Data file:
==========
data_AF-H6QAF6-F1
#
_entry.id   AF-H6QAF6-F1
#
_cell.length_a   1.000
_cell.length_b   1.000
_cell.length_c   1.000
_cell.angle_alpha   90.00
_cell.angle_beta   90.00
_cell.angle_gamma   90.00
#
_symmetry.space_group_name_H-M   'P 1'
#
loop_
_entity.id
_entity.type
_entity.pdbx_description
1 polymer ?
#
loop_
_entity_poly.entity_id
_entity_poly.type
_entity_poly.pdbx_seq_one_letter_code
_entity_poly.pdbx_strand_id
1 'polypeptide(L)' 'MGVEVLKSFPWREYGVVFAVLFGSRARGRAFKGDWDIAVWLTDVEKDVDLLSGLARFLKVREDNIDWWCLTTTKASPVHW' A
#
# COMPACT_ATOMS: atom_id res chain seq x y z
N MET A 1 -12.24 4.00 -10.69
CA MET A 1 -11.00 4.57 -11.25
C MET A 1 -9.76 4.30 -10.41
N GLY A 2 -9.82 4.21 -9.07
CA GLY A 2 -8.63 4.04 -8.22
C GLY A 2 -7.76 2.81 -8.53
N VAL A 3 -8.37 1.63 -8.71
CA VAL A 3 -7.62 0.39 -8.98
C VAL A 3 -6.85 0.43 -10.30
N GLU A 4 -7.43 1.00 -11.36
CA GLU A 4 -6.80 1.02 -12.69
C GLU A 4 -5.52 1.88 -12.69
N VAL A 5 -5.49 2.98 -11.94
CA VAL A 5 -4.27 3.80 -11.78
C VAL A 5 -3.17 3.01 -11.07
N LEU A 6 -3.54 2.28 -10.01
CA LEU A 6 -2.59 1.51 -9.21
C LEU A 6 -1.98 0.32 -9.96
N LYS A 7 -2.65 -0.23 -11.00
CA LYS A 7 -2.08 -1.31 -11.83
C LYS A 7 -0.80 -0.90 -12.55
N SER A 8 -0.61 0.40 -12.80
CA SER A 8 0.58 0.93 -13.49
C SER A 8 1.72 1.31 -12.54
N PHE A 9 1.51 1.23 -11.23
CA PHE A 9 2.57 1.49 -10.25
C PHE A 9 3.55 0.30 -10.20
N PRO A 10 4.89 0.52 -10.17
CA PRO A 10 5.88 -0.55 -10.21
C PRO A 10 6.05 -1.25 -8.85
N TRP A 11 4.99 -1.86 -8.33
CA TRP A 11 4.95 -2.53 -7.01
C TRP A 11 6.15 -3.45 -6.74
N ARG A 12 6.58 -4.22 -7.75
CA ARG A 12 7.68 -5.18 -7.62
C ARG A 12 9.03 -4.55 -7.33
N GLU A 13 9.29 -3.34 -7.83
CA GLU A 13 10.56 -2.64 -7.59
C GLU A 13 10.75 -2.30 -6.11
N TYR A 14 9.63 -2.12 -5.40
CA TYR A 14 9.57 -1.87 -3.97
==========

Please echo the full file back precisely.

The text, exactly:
data_AF-H6QAF6-F1
#
_entry.id   AF-H6QAF6-F1
#
_cell.length_a   1.000
_cell.length_b   1.000
_cell.length_c   1.000
_cell.angle_alpha   90.00
_cell.angle_beta   90.00
_cell.angle_gamma   90.00
#
_symmetry.space_group_name_H-M   'P 1'
#
loop_
_entity.id
_entity.type
_entity.pdbx_description
1 polymer ?
#
loop_
_entity_poly.entity_id
_entity_poly.type
_entity_poly.pdbx_seq_one_letter_code
_entity_poly.pdbx_strand_id
1 'polypeptide(L)' 'MGVEVLKSFPWREYGVVFAVLFGSRARGRAFKGDWDIAVWLTDVEKDVDLLSGLARFLKVREDNIDWWCLTTTKASPVHW' A
#
# COMPACT_ATOMS: atom_id res chain seq x y z
N MET A 1 -12.24 4.00 -10.69
CA MET A 1 -11.00 4.57 -11.25
C MET A 1 -9.76 4.30 -10.41
N GLY A 2 -9.82 4.21 -9.07
CA GLY A 2 -8.63 4.04 -8.22
C GLY A 2 -7.76 2.81 -8.53
N VAL A 3 -8.37 1.63 -8.71
CA VAL A 3 -7.62 0.39 -8.98
C VAL A 3 -6.85 0.43 -10.30
N GLU A 4 -7.43 1.00 -11.36
CA GLU A 4 -6.80 1.02 -12.69
C GLU A 4 -5.52 1.88 -12.69
N VAL A 5 -5.49 2.98 -11.94
CA VAL A 5 -4.27 3.80 -11.78
C VAL A 5 -3.17 3.01 -11.07
N LEU A 6 -3.54 2.28 -10.01
CA LEU A 6 -2.59 1.51 -9.21
C LEU A 6 -1.98 0.32 -9.96
N LYS A 7 -2.65 -0.23 -11.00
CA LYS A 7 -2.08 -1.31 -11.83
C LYS A 7 -0.80 -0.90 -12.55
N SER A 8 -0.61 0.40 -12.80
CA SER A 8 0.58 0.93 -13.49
C SER A 8 1.72 1.31 -12.54
N PHE A 9 1.51 1.23 -11.23
CA PHE A 9 2.57 1.49 -10.25
C PHE A 9 3.55 0.30 -10.20
N PRO A 10 4.89 0.52 -10.17
CA PRO A 10 5.88 -0.55 -10.21
C PRO A 10 6.05 -1.25 -8.85
N TRP A 11 4.99 -1.86 -8.33
CA TRP A 11 4.95 -2.53 -7.01
C TRP A 11 6.15 -3.45 -6.74
N ARG A 12 6.58 -4.22 -7.75
CA ARG A 12 7.68 -5.18 -7.62
C ARG A 12 9.03 -4.55 -7.33
N GLU A 13 9.29 -3.34 -7.83
CA GLU A 13 10.56 -2.64 -7.59
C GLU A 13 10.75 -2.30 -6.11
N TYR A 14 9.63 -2.12 -5.40
CA TYR A 14 9.57 -1.87 -3.97